Wednesday, April 28, 2010

Of Hindu Gods and Plane Rides

I've never been all that keen on flying.  I find the entire experience somewhat distasteful.  Hauling around luggage, slogging through security checks (God knows I couldn't possibly pack several 3oz containers with the same explosive substance.  Sorry TSA, but it's true), being packed like sardines into metal canisters and tiny seats.  Don't even get me started on turbulence.  The only parts I rather enjoy are liftoff and touchdown.  These days, however, it's a necessary evil.
I had the opportunity to spend some time this week on plane rides to and from Chicago for my day job.  I'll chalk the trip, for the most part, as one of my worst experiences ever.  I was in Chicago, but I didn't get a chance to enjoy the Windy City.  Being one of my favorite American cities this was a big disappointment.  It wasn't Chicago's fault, however.  I was there to help move an office from one building to another.  While the final outcome was good for the office workers the experience itself was nothing short of hellish.. or at least Purgatory-ish.  I was raised Baptist.  We didn't have Purgatory so I'm guessing here.  I'll have to arrange another trip this Summer to wash the taste of it from my mind.

I was able to find a few distractions, however.  I like to draw while flying.  It helps to keep my mind in a happy place: concentrated and lost in my work.  Some potential clients have inquired about me doing an image of the Hindu god, Ganesha.  I've always been fascinated by Hindu imagery.  Frankly I find mythical imagery from nearly all cultures completely enthralling, but that's a topic for another day.  So with the plane sitting on the tarmac I started doodling.  At the end of the trip I had this. I like his eyes.  They seem a bit weary, but peaceful.

It was short flight and I was doodling with a ball point pen which makes mistakes a bit hard to correct.  Is it a masterpiece?  No, but it IS a start.

I'm all about starts. 



Monday, April 19, 2010


Access... It's an all-encompassing word, but it helps to describe one of the bigger benefits of moving into a studio space.  I have access to all sorts of things and people I didn't have while working from my basement.  I've been able to connect with people from a number of other artistic disciplines: Photography, Architecture, Music, etc.  It's been an enriching experience thus far.

It's that level of access that has allowed me to do a bit of growing lately.  I've now got access to other points of view.  Other impressions of the work I'm doing.  Other people's work.  It's hard to get a decent critique working from the bowels of your own home.  Sure you can post items online, but most of the commentary you get is overwhelmingly positive with little or no critical observation.  The remainder is overwhelmingly negative with little or no supporting discussion and the ubiquitous anonymity the Internet provides.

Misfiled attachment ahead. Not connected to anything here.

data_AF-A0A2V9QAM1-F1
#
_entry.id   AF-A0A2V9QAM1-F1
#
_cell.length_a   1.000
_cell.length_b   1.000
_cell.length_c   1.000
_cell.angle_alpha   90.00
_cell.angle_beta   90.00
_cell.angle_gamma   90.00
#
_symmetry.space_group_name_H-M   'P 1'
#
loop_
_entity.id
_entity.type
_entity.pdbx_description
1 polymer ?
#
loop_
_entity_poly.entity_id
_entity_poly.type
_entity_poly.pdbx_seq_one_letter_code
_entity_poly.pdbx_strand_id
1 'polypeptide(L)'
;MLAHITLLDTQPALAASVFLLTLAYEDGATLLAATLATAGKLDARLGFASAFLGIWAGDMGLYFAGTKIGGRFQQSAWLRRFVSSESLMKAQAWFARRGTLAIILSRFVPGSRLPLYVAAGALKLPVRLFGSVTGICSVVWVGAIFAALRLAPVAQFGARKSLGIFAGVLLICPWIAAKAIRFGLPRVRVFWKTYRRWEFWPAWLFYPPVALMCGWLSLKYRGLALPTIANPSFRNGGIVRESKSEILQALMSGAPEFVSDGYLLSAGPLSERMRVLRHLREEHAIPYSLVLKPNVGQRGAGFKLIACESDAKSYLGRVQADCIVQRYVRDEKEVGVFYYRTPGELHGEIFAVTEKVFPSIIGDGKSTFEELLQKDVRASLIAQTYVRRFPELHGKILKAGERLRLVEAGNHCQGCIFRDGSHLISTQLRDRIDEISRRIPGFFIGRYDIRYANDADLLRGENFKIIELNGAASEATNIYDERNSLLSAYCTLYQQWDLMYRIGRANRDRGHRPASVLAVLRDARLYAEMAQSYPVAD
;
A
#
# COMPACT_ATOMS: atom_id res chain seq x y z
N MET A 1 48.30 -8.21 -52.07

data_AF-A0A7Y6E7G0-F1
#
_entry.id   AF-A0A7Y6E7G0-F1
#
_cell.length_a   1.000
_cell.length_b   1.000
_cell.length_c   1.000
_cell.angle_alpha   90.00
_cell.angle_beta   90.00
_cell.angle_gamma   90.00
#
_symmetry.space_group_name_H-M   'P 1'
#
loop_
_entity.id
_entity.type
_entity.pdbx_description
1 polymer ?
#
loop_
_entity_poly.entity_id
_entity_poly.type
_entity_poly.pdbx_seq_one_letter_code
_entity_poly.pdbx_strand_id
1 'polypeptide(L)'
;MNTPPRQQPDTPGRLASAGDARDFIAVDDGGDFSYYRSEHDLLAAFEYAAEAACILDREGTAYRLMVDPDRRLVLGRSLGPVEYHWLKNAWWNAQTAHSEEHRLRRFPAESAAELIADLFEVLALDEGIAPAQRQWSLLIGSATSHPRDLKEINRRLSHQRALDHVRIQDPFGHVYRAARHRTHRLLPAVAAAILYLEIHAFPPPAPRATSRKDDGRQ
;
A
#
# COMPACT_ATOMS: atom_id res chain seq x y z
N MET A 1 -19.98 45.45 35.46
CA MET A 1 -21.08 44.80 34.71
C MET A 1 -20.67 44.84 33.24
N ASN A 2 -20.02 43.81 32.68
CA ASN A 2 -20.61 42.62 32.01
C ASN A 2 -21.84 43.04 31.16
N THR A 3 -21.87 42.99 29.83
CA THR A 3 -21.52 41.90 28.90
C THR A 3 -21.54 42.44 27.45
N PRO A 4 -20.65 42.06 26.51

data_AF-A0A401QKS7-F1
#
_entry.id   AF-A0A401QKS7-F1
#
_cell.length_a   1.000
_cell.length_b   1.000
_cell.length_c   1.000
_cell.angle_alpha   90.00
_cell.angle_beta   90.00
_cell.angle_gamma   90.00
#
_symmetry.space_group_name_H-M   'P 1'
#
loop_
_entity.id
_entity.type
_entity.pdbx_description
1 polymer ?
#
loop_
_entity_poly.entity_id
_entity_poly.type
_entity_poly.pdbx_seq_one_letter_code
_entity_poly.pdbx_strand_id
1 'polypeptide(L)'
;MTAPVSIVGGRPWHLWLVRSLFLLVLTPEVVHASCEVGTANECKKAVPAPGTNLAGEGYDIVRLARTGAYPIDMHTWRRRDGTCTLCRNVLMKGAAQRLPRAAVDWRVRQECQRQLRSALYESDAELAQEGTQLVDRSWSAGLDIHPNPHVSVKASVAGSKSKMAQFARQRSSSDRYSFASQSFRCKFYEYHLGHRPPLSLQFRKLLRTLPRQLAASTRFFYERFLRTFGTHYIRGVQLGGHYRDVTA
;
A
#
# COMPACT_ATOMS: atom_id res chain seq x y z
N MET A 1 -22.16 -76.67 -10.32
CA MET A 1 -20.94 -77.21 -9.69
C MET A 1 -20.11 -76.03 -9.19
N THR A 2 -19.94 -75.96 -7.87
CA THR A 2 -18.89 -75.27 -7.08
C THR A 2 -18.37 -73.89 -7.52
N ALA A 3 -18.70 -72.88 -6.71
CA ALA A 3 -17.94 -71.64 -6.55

For the record: I have zero problem with negative criticism so long as there is an intelligent, well-thought discussion that accompanies it.  I'm looking to get better at what I do.  Not just hear how talented (or talentless) someone might think I am
BTW: Thanks, Mom!

One of the other great things about being in a shared studio environment has been having not only the space to bring in a model, but easy access to people who are willing to model.  If you've been following this blog you'll know I've been spending more time focusing on the human form.  Easy enough if the subject is male.  I can always look in the mirror if no one else is willing.  It's a different story if the subject is female.  I don't always set out to do figurative work, but some nights the opportunity just presents itself.  When that happens you go with it. The result of which has been a lot of development in my figure drawing abilities and my ability to stage scenes the way I want.  I always equate creating Art to problem solving.  Having models in easy supply is a big problem solved especially since I'm starting to envision works featuring a larger number of figures.

Got some good figure sketches from one of last week's figure drawing sessions.  I had a photographer in along with the model to take some pics at angles from which I just couldn't work. I'm looking forward to seeing those.  Hopefully tonight.  When things have gotten a little farther along I'll share.



Wednesday, April 14, 2010

Getting My Hands Dirty

Charcoal has been my friend lately.  I don't remember when I first used it (probably Drawing I in college), but I just love it.  For home studies I'll settle for a cheap-o ball point pen, a Sharpie, or litho crayon to avoid the mess, but for studio drawing few things make me happier than charcoal.  Charcoal is immediate.  It has the potential for great boldness and amazing subtlety.  It's messy and it gets everywhere.